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Exam 2 Biology

TermDefinition
Energy is the capacity to do work either actively or stored for later use.
Energy is transferred with electrons
Oxidation is the loss of an electron
Reduction is the gain of one electron
Oxidation less stored energy
Reduction more stored energy
Kinetic energy that can work actively
Potentail energy stored for later use
Exergonic an energy yielding process
Exothermic a heat yielding process
Exophotic light yielding process
Endergonic an energy requiring process
Endothermic heat requiring process
Endophotic light requiring process
Entropy a measure of randomness in a system it takes energy input to maintain a complex organized (non random) system (hence why you decay when you die and no longer have energy to maintain your organized state) great comparison to a child's room
Free energy energy which is available to do work ( that is what you want to do) because it is not already in some designed form such as heat or light
Gibbs free energy exchange the change in heat content minus the changer in entropy (randomness,S) multiplied by the absolute temperature
First Law of Thermodynamics or called the Law of Conservation states that the total energy in the universe is constant and therefore energy can not be created nor destroyed only change its form
First Law of Thermodynamics or called the Law of Conservation E=mc^2
Second Law of Thermodynamics (Energy) states that in the universe the total amount of free energy available for dong work is declining
Second Law of Thermodynamics (Energy) primary because this energy is being lost in some other energy form such as light or heat in essence you have to eat more than you need because 2?3 of the energy in your food is given off as heat when you break larger molecules into smaller monomer
Oxidation electron is moved to a lower energy level and therefore energy is released during oxidation does not always involve oxygen
Reduction electron is moved to higher energy level and this requires an input of energy this energy is noted so a molecule or compound like methane is full of potential energy while the end result of burning oxidation methane which forms carbon dioxide has noenergy
metabolism the sum of all energy exchanges that occur through chemical reactions in a living cell; equal to anabolism + catabolism
anabolism all chemical reactions involved in biosynthesis
catabolism all chemical reactions involved in the degradation of larger molecules
enzymes globular water soluble proteins which lower the activation energy of chemical reactions in living cells thereby speeding up chemical reaction
enzymes acts as a catalysts by facilitating reaction without being altered and can be reused as needed
Biochemical Pathways involve many enzymes
enzymes normally end with "ase"
cofactors most enzymes require additional substances called what to function properly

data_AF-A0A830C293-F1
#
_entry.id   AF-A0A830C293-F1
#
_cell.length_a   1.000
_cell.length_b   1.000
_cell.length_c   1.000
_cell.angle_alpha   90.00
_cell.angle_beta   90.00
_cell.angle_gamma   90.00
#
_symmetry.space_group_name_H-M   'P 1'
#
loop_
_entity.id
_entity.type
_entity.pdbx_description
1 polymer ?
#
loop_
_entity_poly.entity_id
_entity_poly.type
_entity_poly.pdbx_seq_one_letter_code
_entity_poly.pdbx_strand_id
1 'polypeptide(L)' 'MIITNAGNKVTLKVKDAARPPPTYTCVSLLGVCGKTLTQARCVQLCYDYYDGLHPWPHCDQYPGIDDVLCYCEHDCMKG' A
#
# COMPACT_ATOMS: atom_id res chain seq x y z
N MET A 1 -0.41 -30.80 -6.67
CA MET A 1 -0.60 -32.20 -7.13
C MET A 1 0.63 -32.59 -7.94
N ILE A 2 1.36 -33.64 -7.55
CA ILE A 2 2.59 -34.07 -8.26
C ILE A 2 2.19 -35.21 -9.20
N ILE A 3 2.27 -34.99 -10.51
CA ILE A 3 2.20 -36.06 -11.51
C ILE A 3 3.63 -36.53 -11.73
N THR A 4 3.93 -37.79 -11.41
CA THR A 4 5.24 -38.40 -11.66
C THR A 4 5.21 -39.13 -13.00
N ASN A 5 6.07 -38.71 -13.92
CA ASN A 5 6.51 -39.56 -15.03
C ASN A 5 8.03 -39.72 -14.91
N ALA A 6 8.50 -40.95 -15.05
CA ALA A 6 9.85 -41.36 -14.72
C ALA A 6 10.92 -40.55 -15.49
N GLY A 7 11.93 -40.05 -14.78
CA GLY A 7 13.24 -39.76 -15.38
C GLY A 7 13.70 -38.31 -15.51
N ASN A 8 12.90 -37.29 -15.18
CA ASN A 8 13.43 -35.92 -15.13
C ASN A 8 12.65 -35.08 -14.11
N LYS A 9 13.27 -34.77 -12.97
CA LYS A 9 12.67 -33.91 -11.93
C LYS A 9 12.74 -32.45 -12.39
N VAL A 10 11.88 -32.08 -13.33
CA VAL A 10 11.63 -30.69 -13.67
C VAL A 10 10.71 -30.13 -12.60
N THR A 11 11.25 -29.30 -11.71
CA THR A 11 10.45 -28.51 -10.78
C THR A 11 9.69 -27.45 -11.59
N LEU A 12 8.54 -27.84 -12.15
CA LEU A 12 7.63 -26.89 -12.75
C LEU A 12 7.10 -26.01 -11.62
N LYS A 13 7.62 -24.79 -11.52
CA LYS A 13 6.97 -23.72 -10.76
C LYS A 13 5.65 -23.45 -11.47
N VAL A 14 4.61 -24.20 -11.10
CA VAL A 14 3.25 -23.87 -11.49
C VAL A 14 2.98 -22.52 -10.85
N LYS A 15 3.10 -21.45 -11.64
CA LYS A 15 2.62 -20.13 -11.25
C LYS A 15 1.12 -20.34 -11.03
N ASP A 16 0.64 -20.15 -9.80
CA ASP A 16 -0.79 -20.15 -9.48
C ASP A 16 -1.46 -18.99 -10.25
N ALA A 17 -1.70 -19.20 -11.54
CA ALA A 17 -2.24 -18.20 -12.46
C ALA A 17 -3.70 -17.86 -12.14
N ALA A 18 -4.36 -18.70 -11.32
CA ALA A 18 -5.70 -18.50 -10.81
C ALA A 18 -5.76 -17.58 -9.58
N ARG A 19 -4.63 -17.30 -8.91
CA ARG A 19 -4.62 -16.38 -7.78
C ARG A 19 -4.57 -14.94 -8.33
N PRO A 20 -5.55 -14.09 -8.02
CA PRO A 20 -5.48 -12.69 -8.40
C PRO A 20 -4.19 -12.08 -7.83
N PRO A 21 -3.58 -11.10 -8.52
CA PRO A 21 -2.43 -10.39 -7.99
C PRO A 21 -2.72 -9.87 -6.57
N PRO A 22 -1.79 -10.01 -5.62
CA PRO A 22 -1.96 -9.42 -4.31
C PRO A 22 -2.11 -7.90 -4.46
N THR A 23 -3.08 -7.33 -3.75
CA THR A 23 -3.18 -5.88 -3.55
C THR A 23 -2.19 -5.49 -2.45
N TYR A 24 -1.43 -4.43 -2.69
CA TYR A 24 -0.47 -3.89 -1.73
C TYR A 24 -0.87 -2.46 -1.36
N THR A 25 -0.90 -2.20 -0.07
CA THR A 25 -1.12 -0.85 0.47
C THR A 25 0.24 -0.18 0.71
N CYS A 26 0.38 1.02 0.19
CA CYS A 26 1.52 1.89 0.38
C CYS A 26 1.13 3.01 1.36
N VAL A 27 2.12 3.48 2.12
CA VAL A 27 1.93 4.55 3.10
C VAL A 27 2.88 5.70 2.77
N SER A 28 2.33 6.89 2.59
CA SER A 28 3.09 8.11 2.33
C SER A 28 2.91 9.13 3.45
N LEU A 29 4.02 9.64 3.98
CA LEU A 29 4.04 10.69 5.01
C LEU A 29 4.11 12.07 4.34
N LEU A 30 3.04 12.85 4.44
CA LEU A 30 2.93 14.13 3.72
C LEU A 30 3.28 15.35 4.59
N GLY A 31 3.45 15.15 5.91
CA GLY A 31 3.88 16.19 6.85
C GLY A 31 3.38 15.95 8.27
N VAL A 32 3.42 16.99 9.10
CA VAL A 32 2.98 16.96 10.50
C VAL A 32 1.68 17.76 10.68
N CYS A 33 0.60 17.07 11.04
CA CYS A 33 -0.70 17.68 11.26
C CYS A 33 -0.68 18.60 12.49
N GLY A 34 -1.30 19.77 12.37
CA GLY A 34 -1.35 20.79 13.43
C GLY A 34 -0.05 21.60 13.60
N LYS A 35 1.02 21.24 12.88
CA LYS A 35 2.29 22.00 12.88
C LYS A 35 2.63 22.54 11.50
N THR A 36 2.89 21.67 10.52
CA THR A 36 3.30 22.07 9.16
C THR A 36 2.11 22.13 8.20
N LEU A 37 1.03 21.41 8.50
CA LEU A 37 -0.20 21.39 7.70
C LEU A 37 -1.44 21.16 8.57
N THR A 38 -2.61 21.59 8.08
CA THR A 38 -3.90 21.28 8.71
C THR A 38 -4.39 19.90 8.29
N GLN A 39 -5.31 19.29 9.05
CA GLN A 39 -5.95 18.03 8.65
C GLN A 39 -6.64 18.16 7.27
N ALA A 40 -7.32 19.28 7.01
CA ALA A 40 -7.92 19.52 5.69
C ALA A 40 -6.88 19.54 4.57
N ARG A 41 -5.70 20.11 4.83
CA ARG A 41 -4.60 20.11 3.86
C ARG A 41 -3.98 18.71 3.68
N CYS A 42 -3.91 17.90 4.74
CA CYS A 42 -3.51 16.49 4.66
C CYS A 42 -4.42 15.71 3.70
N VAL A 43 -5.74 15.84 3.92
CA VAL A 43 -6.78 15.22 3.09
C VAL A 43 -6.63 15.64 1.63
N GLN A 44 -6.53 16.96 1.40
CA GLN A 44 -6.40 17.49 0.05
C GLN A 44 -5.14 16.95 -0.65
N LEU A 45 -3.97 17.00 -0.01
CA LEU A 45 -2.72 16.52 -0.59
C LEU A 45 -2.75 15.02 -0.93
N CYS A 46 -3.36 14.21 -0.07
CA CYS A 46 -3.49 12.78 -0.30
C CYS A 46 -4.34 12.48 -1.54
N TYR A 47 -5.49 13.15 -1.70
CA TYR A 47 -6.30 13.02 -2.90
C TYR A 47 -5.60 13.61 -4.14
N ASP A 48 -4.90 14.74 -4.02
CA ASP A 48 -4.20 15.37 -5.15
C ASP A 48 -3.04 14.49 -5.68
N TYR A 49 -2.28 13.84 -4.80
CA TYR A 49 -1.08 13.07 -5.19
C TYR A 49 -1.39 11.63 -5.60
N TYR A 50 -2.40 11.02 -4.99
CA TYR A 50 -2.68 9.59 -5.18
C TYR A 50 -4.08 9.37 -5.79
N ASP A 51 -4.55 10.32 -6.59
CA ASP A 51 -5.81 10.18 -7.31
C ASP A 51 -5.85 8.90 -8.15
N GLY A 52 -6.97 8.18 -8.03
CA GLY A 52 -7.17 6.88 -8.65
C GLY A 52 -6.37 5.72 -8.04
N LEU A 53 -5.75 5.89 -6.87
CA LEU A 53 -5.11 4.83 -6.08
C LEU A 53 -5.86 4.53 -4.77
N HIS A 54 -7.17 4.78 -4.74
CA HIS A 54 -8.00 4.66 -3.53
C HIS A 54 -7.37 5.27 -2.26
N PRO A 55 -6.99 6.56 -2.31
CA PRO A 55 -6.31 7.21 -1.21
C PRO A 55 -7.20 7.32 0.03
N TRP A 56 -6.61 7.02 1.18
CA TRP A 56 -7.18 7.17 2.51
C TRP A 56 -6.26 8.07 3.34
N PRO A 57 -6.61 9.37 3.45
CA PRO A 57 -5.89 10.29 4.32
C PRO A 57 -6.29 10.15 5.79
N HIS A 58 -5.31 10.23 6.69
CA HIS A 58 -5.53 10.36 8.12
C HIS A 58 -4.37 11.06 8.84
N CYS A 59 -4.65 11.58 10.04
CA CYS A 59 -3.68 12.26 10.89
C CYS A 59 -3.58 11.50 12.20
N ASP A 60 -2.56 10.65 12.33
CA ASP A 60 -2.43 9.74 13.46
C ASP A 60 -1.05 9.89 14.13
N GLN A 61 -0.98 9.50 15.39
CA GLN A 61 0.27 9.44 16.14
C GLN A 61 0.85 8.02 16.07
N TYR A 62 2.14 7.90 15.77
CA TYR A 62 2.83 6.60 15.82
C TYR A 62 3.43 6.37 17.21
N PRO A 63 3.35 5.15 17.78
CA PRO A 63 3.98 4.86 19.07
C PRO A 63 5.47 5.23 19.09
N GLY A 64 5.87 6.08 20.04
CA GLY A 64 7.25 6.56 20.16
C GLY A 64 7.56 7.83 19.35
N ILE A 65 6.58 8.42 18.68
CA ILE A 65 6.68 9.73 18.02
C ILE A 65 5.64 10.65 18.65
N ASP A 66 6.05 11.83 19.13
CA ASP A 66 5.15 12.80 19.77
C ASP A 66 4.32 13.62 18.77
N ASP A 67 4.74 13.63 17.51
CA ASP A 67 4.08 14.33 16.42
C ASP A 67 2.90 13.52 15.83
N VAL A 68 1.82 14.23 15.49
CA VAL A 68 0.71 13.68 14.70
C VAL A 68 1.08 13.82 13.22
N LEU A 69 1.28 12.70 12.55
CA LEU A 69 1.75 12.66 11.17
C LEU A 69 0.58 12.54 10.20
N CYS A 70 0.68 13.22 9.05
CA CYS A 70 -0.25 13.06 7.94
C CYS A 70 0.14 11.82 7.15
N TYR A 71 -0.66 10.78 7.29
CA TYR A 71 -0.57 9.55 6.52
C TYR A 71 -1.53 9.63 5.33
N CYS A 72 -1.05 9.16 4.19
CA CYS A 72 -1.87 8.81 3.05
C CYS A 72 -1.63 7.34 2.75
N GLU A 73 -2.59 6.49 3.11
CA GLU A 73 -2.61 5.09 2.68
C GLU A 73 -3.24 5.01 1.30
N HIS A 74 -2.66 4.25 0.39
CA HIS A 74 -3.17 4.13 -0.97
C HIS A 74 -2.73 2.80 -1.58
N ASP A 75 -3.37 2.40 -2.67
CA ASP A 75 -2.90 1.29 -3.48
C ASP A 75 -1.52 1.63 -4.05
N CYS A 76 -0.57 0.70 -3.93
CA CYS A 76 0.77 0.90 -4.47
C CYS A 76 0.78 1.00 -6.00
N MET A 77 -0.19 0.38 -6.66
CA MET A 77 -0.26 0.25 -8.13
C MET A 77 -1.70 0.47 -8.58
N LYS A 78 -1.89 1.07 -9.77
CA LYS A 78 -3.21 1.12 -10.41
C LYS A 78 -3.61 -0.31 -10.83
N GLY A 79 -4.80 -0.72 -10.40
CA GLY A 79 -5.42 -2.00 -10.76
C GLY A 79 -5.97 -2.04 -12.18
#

cofactors are divided into inorganic ions and organic coenzymes (like vitamins)
cofactors change the shape of enzymes to help them fit and process their respective substrate
vitamin coenzymes aid in the transference of hydrogen or various functional groups
ATP adenosine triphosphate
ATP formed by having the nitrogenous base adenine hooked up to a five-carbon ribulose sugar and three phosphate groups
ATP this is how your body stores its energy highest energy sides between the second and third phosphate groups
ATP can be made either by hooking an inorganic phosphate (P) group onto ADP or hooking two inorganic phosphate groups (PP) onto AMP in a two- step process that makes ADP first
phosphorylation is the making of ATP
photophosphorylation the use of light to make ATP
oxidative phosphorylation the use of oxygen to make ATP
Enzymes remember that all what are globular water-soluble proteins made up of amino acid monomers some enzymes are actually enzyme complexes made up of many subunits
enzymes act on specific substrates to produce and enzyme-substrate (E-S) complex which then gives rise to specific products
substrates sizes don't matter
Active site is where the enzyme chemically alters the substrate
Active site is composed of a positioning site plus the catalytic site
positioning site a site for rotating the molecule
catalytic site for chemically altering the substrate this site may also involve one or more cofactors
catalysts does not change itself can use it over and over again
catalysts enzymes are what which affect (usually quicken the rate of a reaction) but do not chemically change themselves during the reaction and so can be used again
enzymes have an optimum temperature and a optimum pH
optimum temp for enzymes 37 degrees C = 98.6 degrees F
enzymes will denature if the temperature or pH is too high or too low
Allosteric Interaction other shape
Allosteric Interaction allosteric effete site besides active site
Allosteric Interaction allosteric effectors can be cofactors, co enzymes, or a product made by the enzyme
Allosteric Interaction a common method for regulating the rate of enzyme function in your body
Allosteric Interaction involved in negative feedback control of enzymes/hormones
Competitive Inhibition reversible
Competitive Inhibition chemically related substrate occupies the active site
Competitive Inhibition morphine addiction (brain normally produces endorphins and encephalins)
Noncompetitive Inhibition referable if treated in time
Noncompetitive Inhibition a chemically related substrate occupies another site besides the active site (usually the allosteric effector site) to cause a temporary change in the enzyme shape
Noncompetitive Inhibition snake/spider venoms (many of these look like coenzyme vitamins)
Irreversible Inhibition binding of chemically active substances to key R-groups which causes permanent damage/death
Irreversible Inhibition nerve gas; arsenic; penicillin destroying bacteria
Created by: esenkbeil